In an open letter to American athletes Tuesday, the U.S. Olympic and Paralympic Committee provided guidance on permitted social and racial justice demonstrations, saying it would allow acts such as raised fists on the podium and kneeling during the national anthem. Such permission places the national committee at odds with the International Olympic Committee’s staunch rule against political protest.

The USOPC’s policy applies to Team USA trials this spring and summer but not to the Tokyo Olympics, which the IOC will oversee. The IOC steadfastly has resisted calls from athletes around the globe, including the United States, to overturn Rule 50, the rule in the Olympic charter that outlaws “demonstration or political, religious or racial propaganda.”

“While we support your right to demonstrate peacefully in support of racial and social justice, we can’t control the actions others may take in response,” USOPC CEO Sarah Hirshland wrote Tuesday.

Hammer thrower Gwen Berry, whom the USOPC placed on probation after she raised her fist on the podium in protest of racial inequality after winning gold at the 2019 Pan American Games, praised the letter as bold and well done. She believes support from the USOPC, despite the threat of punishment from the IOC, may give confidence to athletes who otherwise would have backed down from protesting at the Olympics.

“Real issues are highlighted when people have support,” Berry said. “When people don’t have support, they’ll just hide in the shadows and they won’t say anything. The fact that we do have support now, you never know how somebody will flourish and the issues some people will talk about.”

In the letter, Hirshland included guidance for the trials that “defines latitude for athletes to express their personal perspectives on racial and social justice in a respectful way, and without fear of sanction from the USOPC.”

The USOPC defined racial and social demonstration as “promoting the human dignity of individuals or groups that have historically been underrepresented, minoritized, or marginalized in their respective societal context.” Its specific examples of approved demonstration included wearing a hat with the phrase “Black Lives Matter” or “Trans Lives Matter,” vocally advocating for equal rights for minorities, holding up a fist, and kneeling during the national anthem.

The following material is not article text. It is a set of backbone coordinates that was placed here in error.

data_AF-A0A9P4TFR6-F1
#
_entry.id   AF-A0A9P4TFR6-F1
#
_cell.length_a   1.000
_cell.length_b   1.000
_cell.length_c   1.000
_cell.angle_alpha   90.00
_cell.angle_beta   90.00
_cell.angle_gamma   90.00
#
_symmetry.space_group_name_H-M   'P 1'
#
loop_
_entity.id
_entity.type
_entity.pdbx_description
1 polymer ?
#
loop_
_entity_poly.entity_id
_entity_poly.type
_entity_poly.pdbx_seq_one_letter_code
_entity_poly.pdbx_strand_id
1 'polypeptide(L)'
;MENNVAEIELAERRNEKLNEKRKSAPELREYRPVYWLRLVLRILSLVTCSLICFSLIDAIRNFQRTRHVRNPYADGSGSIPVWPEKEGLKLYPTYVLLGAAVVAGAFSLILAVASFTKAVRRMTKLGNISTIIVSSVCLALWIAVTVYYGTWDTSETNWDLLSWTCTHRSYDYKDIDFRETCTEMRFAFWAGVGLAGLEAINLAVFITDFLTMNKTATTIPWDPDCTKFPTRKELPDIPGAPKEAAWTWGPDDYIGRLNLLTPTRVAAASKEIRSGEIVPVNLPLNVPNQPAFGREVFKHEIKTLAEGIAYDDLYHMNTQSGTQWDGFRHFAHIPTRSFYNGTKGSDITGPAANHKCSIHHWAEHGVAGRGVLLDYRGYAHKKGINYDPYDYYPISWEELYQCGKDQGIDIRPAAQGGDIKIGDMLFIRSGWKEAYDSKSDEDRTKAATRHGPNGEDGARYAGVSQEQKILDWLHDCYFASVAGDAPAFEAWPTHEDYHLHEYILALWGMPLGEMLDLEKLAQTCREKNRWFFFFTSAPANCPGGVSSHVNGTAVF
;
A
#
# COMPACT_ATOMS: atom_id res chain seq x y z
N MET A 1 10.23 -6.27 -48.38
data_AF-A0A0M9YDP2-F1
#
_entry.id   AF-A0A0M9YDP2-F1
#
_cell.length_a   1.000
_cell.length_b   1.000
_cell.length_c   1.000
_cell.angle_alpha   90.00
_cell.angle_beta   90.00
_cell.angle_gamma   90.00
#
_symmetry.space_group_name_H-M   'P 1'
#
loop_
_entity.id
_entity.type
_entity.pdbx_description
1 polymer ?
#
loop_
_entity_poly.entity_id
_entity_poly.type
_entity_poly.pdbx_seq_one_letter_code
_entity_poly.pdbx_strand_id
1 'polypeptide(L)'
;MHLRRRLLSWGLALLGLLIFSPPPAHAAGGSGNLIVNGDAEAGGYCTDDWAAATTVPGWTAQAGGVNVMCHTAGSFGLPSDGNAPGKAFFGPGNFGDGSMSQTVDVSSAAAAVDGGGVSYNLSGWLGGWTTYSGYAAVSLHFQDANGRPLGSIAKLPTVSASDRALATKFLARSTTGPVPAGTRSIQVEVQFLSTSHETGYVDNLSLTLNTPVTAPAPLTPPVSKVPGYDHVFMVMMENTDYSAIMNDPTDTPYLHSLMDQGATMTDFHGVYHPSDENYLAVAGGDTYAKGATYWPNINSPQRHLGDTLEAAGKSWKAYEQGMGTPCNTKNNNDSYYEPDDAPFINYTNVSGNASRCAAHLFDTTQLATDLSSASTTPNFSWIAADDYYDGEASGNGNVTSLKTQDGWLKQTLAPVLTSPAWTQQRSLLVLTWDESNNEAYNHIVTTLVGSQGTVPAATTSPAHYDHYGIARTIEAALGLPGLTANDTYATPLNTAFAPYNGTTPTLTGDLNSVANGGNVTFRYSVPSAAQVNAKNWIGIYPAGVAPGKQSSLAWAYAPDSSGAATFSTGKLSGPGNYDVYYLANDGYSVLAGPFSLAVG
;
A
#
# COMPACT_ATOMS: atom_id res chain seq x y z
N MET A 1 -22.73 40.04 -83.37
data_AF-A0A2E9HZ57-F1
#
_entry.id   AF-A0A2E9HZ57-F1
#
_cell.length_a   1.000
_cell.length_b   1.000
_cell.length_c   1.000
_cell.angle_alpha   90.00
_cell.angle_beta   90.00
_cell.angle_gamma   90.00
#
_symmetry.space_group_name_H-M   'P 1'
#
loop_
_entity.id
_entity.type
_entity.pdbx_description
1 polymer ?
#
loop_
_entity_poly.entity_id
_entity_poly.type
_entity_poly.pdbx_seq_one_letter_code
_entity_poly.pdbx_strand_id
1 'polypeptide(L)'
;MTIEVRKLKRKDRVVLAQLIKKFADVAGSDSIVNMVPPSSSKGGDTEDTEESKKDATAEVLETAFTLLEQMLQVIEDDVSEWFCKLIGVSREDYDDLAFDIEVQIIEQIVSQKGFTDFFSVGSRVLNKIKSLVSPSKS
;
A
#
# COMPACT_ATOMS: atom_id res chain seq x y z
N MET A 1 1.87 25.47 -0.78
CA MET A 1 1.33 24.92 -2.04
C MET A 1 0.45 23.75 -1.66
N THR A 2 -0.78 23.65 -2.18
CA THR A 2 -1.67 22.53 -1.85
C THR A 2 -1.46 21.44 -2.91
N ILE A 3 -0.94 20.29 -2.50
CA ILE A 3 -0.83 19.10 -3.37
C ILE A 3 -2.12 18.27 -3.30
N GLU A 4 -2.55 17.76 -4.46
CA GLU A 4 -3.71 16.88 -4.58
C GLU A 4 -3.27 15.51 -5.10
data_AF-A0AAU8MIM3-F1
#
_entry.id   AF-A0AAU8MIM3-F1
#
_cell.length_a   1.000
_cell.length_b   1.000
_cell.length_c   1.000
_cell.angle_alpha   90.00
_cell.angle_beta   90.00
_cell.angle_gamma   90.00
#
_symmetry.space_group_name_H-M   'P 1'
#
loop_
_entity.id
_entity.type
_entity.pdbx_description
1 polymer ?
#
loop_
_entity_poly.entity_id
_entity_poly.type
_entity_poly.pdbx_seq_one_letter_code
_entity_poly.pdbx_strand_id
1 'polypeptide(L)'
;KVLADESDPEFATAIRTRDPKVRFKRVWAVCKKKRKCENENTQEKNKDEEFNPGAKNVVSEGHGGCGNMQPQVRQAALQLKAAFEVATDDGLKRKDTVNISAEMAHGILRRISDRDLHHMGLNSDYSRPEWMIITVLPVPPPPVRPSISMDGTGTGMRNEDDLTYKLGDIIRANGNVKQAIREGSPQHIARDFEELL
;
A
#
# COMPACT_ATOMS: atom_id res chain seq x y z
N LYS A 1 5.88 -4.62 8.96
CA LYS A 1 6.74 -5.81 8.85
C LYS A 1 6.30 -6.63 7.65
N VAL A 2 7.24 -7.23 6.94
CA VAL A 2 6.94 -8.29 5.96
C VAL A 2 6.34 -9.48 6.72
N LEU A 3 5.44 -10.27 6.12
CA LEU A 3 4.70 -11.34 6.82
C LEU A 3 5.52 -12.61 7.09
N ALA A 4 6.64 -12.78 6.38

The USOPC’s letter also outlined “impermissible elements” of demonstration that would result in discipline. They include wearing clothing with hate speech; hand gestures affiliated with hate groups; violence; defacing a national flag; and “protests aimed explicitly against a specific organization, person or group of people.”

“I feel like it was important that they did include things that they will not allow,” Berry said. “Things that are discriminatory. Things that will not enhance the growth of any type of social reform. I think that was really important to put in there. Some people might try to rebel. They might say, ‘Well since this issue can be highlighted or acknowledge, why can’t this?’ The details in what is allowed and not allowed, I feel like they did a very good with implementing that.”

While providing athletes support, the new guidelines create a maze of hypothetical quandaries for the USOPC. For example, if an athlete takes aim at the IOC for not pressuring China — the host country of the 2022 Winter Olympics — on human rights violations, would that be considered a protest explicitly against a specific organization?

The USOPC has struggled for years with how to approach athlete protest. Even as it came to celebrate the famed 1968 raised-fist protest of racial injustice by Tommie Smith and John Carlos, it took cues from the IOC and followed international guidelines that prohibited demonstrations. In 2019, the USOPC placed fencer Race Imboden and Berry on probation after Imboden knelt on the podium and Berry raised a fist during the national anthem at the Pan American Games in Peru.

Hirshland foreshadowed Tuesday’s announcement in June, when amid widespread civic protests of racial injustice athletes shared their experiences and concerns during a virtual town hall. The USOPC then formed “an athlete-led group to challenge the rules and systems in our own organization that create barriers to progress, including your right to protest.” Hirshland also apologized to athletes who “sacrificed your moment on the podium to call for change.”

In December, the Team USA Council on Racial and Social Justice, backed by the USOPC, joined the USOPC Athletes’ Advisory Council in calling on the IOC to change Rule 50.

The IOC Athletes’ Commission has been reviewing Rule 50 and could make a recommendation on keeping or changing the rule before the Tokyo Games, perhaps this month. IOC President Thomas Bach has supported Rule 50, writing in an October op-ed in the Guardian that the Games should not “descend into a marketplace of demonstrations of all kinds, dividing and not uniting the world.”

The IOC did not respond to a request for comment Tuesday.

After a year of racial reckoning in the United States, the IOC is likely to be tested in Tokyo. Sprinter Noah Lyles, projected to be one of the Games’ biggest stars, raised a gloved fist at the starting line of a Diamond League track meet in Monaco last summer. He is one of several Americans who have said they would consider a protest in Tokyo. If they do, they’ll have the backing of their governing body.

“I feel like it’s a victory for all the Black athletes in America who do feel that America has more work to do as far as supporting people who look like us,” Berry said. “It’s a victory for everybody, honestly.”